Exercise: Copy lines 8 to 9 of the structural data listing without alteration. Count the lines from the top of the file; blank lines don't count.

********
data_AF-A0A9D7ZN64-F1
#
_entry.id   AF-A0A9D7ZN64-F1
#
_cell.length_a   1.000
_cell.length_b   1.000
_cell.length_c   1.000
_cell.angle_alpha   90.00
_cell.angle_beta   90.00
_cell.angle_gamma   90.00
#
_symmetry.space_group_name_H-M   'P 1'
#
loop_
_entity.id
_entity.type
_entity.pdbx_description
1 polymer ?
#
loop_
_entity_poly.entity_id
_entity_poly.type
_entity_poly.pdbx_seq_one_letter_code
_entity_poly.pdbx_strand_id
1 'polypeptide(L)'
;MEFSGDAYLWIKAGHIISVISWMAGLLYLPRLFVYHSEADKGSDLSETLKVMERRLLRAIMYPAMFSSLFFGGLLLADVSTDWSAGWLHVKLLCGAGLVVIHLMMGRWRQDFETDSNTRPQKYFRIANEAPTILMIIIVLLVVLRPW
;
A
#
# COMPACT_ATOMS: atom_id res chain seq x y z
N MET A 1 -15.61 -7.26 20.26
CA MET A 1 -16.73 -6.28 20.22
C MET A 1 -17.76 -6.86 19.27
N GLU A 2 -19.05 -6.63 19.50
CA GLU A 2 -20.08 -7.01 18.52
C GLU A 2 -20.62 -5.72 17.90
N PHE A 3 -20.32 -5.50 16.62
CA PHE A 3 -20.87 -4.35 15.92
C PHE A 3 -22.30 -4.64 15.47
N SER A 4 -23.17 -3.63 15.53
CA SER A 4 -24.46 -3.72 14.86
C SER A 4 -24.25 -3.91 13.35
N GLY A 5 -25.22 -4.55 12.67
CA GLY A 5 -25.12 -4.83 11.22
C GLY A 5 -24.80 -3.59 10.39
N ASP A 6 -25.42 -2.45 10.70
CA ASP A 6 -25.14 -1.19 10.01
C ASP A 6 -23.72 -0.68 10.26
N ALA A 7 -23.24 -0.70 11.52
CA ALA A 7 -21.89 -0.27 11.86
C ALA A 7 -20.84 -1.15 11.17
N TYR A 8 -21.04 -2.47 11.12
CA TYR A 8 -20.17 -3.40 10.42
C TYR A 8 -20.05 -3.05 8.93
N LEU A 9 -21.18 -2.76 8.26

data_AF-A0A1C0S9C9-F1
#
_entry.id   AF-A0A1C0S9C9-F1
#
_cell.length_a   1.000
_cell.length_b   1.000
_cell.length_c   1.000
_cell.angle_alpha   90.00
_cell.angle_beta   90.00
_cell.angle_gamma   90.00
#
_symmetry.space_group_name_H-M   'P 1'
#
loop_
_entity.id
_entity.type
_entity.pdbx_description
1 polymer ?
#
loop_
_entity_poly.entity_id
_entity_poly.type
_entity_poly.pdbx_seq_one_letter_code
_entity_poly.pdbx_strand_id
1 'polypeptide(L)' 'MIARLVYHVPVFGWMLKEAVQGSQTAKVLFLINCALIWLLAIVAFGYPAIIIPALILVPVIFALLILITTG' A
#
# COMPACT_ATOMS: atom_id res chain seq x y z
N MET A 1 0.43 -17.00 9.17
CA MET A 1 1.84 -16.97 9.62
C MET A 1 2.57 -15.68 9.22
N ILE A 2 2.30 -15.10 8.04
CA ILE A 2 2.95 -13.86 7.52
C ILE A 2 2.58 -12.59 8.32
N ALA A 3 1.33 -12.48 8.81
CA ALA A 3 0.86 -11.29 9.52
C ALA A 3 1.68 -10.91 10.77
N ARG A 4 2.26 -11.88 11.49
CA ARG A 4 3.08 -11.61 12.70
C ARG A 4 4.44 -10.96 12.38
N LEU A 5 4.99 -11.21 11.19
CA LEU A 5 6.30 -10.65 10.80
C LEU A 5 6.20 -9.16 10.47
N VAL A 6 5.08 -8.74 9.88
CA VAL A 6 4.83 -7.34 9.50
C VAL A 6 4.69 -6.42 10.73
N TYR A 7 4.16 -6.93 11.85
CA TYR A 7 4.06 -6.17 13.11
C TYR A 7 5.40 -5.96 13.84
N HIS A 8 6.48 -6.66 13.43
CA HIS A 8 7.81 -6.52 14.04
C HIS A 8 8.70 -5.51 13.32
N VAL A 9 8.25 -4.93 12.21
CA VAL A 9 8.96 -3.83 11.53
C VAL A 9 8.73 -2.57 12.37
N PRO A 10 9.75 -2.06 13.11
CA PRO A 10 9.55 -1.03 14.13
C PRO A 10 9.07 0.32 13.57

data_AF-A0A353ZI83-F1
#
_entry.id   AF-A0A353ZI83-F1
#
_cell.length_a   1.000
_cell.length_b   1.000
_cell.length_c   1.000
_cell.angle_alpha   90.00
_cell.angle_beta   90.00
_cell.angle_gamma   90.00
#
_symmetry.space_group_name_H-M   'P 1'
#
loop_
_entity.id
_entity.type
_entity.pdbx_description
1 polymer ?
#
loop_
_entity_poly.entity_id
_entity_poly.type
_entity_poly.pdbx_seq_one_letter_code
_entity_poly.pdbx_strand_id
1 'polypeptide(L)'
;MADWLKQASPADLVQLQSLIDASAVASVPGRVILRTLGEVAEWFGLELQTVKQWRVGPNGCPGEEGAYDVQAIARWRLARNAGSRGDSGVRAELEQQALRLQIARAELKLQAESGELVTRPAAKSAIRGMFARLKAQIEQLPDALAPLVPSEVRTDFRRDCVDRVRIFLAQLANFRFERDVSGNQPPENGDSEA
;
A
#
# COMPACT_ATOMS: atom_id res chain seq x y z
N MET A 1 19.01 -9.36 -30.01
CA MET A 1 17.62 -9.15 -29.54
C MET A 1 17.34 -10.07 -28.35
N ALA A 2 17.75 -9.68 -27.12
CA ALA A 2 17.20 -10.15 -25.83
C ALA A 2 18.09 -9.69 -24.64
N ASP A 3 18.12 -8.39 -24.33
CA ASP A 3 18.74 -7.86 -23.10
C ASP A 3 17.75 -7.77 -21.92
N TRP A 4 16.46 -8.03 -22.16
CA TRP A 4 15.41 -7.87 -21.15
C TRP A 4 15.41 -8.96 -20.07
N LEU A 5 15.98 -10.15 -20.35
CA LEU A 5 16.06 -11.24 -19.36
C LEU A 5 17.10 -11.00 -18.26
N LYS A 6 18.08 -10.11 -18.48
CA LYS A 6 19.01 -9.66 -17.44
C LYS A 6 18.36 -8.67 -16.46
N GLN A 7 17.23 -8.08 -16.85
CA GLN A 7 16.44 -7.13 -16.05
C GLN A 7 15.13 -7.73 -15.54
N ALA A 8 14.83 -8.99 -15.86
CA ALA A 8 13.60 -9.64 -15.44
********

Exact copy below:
_cell.angle_alpha   90.00
_cell.angle_beta   90.00